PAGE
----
Writing Tips & Advice
The inclination to overuse adverbs and adjectives, which is closely related to the 'show, don’t tell' concept, is
easy to do, but should be avoided. Using nouns and verbs allows the reader to experience the story through the
character’s actions, dialogue, facial expressions, etc., rather than telling the reader what to believe by using
adjectives and adverbs.
A short sentence comprised of a few right words will have greater impact than a long sentence that includes
extraneous ones. With respect to adjectives, use them only when the noun by itself isn’t enough. If the
adjective doesn’t really add any value to the sentence, it will just clutter up the writing, and readers will skip over
it. If readers find themselves skipping over too much text, they will question why they are reading the book.
I still occasionally use adverbs and adjectives in my sentences, but I try not to overuse them. Here are some
tips I learned along the way.
Start With the Common Ones
I found a list of common adjectives and adverbs on the Internet and exported them to an Excel spreadsheet
(click here). Then I searched my manuscript for each word on the list. When I came upon one, I read the text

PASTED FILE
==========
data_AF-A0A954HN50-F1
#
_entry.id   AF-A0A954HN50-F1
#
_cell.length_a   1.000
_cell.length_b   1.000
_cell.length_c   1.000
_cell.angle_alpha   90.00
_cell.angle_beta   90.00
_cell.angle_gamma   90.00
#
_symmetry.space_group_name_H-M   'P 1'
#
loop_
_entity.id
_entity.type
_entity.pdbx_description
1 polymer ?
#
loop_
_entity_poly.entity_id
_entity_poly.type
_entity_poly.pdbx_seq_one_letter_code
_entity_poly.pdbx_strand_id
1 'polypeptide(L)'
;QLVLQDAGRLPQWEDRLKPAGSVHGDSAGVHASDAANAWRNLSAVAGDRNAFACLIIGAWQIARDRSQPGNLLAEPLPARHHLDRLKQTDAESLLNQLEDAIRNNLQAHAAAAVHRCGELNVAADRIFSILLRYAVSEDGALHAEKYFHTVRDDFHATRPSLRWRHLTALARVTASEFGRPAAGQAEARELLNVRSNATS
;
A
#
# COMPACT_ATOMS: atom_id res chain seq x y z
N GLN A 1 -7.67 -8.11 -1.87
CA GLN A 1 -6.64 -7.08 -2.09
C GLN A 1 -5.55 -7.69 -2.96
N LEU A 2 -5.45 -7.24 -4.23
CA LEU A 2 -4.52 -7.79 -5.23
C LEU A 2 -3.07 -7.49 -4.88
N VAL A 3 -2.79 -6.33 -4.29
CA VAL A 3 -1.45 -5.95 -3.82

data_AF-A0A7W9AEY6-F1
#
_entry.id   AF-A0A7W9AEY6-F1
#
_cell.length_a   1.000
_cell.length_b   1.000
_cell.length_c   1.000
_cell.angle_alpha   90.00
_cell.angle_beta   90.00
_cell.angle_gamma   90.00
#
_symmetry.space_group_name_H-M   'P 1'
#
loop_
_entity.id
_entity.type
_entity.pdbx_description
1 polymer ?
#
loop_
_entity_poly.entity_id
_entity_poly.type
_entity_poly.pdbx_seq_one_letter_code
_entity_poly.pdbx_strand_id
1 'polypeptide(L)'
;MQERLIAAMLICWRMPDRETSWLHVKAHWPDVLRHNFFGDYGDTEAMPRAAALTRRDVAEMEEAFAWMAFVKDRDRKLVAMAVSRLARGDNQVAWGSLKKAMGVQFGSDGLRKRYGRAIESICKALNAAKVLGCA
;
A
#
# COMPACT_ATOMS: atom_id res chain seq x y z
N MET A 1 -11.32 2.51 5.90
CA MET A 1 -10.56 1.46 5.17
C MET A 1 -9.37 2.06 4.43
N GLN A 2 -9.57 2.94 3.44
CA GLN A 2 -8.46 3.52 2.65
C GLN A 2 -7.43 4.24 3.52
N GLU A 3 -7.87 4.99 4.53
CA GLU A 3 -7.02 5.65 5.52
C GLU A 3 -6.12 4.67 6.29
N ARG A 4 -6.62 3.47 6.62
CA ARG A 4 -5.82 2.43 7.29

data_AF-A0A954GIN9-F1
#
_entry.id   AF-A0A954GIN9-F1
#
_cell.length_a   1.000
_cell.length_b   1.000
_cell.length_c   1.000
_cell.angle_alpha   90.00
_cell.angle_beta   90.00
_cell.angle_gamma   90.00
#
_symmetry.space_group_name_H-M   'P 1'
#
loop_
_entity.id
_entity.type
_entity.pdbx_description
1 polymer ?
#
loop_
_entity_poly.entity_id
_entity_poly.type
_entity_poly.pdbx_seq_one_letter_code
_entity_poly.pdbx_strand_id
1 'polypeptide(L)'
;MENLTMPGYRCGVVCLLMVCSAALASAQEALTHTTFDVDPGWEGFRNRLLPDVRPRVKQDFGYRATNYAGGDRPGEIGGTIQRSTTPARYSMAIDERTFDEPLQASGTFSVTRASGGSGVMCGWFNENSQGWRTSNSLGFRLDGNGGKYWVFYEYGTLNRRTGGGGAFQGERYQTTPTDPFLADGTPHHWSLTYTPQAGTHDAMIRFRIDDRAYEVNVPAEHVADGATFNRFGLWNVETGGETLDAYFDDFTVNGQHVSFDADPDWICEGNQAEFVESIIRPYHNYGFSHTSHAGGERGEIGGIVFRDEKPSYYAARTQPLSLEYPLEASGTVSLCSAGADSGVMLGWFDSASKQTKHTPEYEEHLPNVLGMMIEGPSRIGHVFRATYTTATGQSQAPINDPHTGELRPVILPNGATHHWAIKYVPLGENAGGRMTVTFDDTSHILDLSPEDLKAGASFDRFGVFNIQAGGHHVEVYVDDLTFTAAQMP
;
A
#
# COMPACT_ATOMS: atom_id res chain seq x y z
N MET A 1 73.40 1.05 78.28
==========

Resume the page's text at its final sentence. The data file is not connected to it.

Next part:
surrounding it and determined whether it should be replaced with more effective words or left alone.
Before: The baby was adorable.
After: The baby’s wide innocent eyes, toothless grin and chubby cheeks were enough to make anyone
"Write with nouns and verbs, not with adjectives and adverbs.”
--From The Elements of Style by Strunk and White
Watch the "ly" Words
Another step I found helpful was to search my manuscript for “ly” words. In almost every case, I was able to replace them with better
Before: She walked slowly.
After: She took her time walking to the window.
Avoid Redundant Words
- Free gift -- If it’s a gift, it’s free.
- Serious danger -- All danger is serious.
- Cold snow -- There is no such thing as warm snow.
- The bull bellowed loudly -- How else would a bull bellow?
Find the Right Word
Avoid using adjectives and adverbs when you can’t think of the right word.
- Use boulder instead of huge rock.
- Use stormed instead of walked angrily.
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